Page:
‘Tis the season, and I’m thinking about gifts. Not just about presents wrapped with bows and ribbons, but about things given, and a recent conversation.
A friend and colleague told me that, in the world of therapy, you never take anything away without giving first. I’ll mess up his clinical wording, so I’ll give you my own writerly example of what he said:
Say you have a client with an imaginary friend, a major imaginary friend who holds a lot of power and sway over your client’s world. Now, you can’t just blurt out that imaginary friends don’t exist. That would be devastating, and would cause more harm than good.
At this point, I thought about key moments in my own life where the carpet seemed yanked out from under me. Many, many key moments flashed before my eyes and I was heartily amused to think that my own personal cheerleaders in life are brilliant for blurting things out before I’m ready. I think they delight in my hard landings.
The thing of it all has been though: I got good at landing properly–similar to the way they teach you to fall in martial arts classes. And I got good at licking my wounds and good at bouncing back up. It’s become a way of life for me, and not a bad one. I’ve been taught great lessons, and I’ve even managed to teach myself some doozies as well. Resilience, self-encouragement, finding the ray of sunlight in an otherwise dark mess, these are things I know from repeated trial and error.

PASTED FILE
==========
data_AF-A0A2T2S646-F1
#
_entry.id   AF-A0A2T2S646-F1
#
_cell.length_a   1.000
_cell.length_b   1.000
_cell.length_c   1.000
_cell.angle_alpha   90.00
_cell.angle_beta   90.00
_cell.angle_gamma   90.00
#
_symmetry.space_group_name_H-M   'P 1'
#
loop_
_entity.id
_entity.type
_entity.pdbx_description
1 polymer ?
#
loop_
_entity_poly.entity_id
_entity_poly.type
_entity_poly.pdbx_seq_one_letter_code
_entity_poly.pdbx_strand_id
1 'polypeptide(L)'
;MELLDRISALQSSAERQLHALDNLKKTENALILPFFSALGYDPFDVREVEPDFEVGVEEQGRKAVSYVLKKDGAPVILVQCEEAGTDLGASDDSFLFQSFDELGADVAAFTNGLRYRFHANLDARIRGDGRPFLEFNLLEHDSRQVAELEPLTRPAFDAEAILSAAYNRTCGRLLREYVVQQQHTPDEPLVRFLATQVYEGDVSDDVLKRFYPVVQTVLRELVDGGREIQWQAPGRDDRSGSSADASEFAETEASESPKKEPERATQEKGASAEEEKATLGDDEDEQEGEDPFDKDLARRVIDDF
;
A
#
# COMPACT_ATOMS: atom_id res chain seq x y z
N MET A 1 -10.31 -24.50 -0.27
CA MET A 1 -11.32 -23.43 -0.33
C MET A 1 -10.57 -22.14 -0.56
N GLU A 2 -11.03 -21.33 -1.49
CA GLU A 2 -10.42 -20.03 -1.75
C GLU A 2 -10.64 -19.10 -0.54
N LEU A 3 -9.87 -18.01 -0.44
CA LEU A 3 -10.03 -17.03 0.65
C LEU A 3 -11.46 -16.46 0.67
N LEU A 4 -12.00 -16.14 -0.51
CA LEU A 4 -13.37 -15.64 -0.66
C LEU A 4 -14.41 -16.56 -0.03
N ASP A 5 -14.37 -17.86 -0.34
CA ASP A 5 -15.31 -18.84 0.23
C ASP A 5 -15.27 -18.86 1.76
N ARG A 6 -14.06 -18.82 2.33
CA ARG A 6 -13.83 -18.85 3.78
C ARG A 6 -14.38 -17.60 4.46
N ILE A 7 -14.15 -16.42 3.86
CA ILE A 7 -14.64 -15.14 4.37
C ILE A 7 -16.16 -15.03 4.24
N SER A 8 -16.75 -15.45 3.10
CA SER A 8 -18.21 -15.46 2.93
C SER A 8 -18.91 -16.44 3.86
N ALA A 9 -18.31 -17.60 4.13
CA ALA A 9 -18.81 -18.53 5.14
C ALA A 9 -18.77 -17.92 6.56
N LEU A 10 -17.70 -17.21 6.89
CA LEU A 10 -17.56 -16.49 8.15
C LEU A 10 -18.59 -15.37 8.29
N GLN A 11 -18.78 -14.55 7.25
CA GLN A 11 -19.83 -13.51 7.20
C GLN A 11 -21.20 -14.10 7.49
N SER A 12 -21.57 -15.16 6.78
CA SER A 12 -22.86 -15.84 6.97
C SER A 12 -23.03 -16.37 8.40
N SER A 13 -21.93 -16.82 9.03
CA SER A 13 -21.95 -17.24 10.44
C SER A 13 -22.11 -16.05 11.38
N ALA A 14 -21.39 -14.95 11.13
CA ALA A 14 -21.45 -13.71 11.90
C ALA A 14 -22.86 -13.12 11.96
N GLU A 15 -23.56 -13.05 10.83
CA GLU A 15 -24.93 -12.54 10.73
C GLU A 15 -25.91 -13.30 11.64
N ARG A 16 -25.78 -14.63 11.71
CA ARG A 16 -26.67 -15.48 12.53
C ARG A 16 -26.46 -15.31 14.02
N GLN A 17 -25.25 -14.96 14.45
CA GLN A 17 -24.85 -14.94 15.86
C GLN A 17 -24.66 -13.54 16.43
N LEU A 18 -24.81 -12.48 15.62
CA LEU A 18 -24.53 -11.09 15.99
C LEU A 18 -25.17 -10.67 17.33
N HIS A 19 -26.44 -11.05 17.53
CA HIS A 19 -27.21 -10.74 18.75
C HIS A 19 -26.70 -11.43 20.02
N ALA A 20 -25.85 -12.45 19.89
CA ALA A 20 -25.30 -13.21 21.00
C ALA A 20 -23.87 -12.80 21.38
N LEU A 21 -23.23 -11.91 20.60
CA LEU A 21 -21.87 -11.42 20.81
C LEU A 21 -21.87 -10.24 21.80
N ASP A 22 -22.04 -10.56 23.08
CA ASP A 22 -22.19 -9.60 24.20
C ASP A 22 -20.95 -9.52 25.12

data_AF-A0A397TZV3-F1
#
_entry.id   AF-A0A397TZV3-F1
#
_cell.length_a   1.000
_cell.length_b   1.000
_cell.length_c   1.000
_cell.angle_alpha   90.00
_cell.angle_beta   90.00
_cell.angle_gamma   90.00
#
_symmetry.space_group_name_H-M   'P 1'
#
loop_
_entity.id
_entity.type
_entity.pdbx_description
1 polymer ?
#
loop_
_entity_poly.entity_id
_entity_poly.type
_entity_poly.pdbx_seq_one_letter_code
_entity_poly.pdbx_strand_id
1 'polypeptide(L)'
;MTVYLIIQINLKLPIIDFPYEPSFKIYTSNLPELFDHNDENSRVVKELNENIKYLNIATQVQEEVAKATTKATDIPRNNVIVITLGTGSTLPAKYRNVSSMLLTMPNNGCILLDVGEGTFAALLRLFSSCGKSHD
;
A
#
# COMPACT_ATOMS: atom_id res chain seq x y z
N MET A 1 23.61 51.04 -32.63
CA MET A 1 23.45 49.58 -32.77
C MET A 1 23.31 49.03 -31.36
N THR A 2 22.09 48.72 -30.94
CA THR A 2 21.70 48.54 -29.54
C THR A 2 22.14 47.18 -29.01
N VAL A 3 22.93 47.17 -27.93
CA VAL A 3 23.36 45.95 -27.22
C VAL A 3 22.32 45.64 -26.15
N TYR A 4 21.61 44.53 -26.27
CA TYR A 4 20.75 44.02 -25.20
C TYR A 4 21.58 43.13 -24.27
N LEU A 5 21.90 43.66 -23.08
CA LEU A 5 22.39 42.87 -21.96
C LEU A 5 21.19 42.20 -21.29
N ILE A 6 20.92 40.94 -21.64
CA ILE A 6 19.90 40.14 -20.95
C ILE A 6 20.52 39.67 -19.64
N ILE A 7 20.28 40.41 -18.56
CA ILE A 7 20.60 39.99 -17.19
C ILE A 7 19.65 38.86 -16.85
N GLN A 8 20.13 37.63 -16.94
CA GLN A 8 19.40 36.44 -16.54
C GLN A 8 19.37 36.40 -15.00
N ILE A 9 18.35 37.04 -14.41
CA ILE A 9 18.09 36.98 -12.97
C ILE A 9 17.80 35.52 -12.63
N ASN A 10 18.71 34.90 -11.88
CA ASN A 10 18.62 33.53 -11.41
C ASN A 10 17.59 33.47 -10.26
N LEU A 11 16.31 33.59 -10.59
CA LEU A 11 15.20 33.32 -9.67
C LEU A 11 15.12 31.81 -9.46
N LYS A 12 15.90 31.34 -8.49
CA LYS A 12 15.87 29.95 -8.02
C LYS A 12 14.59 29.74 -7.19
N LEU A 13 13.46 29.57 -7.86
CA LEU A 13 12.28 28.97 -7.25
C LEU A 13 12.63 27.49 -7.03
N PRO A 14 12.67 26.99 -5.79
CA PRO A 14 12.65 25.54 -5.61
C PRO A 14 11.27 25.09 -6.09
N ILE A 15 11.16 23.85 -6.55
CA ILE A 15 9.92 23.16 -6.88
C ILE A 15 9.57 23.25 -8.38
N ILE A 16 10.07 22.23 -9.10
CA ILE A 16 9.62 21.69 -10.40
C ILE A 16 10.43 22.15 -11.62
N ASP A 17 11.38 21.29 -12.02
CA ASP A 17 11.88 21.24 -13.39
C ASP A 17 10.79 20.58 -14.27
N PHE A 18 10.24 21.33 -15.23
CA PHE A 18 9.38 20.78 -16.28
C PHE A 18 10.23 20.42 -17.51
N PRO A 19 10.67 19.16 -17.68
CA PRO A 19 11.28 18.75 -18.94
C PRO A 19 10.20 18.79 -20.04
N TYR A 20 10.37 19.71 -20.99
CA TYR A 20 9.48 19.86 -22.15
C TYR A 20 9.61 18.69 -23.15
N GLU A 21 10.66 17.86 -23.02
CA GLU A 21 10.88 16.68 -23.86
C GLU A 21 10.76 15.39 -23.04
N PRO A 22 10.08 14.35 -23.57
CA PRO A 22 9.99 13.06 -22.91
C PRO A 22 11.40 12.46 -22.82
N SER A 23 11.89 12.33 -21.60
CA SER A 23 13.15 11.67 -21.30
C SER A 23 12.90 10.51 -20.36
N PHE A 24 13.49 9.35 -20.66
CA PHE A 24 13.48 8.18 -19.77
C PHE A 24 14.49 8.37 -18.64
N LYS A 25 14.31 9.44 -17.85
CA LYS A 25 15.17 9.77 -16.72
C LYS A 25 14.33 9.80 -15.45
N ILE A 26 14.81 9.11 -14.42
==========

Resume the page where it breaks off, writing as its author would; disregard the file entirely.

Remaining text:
Now at this point, my writer brain was awakened and starting to line up the words to describe this conversation, and that’s when this happened:
“Never take before you give,” my friend declared. “If you do, you leave a void.”
The writer brain did a flip, but this wasn’t the end of the story. My friend quickly mentioned different techniques for helping the client, and concluded that, rather than working to remove what was imaginary, a person should instead work on building the client’s ability to see all the reality in his or her life, all the flesh-and-blood family, teachers, mentors, coaches, and friends that populate the life of this particular client. He said you fill the client up before you ever suggest letting go of the imaginary friend.
“You give before you take,” he said, and then, “Never in the reverse order.”
These moments in life happen for a reason. Here I sit, in the midst of the holiday giving season, turning this over in my mind. Imagine it: Of all things given this season, our presence fills each other’s lives the best.
Hold on to each other, friends. I wish you all wonder-filled holidays, and an adventurous New Year!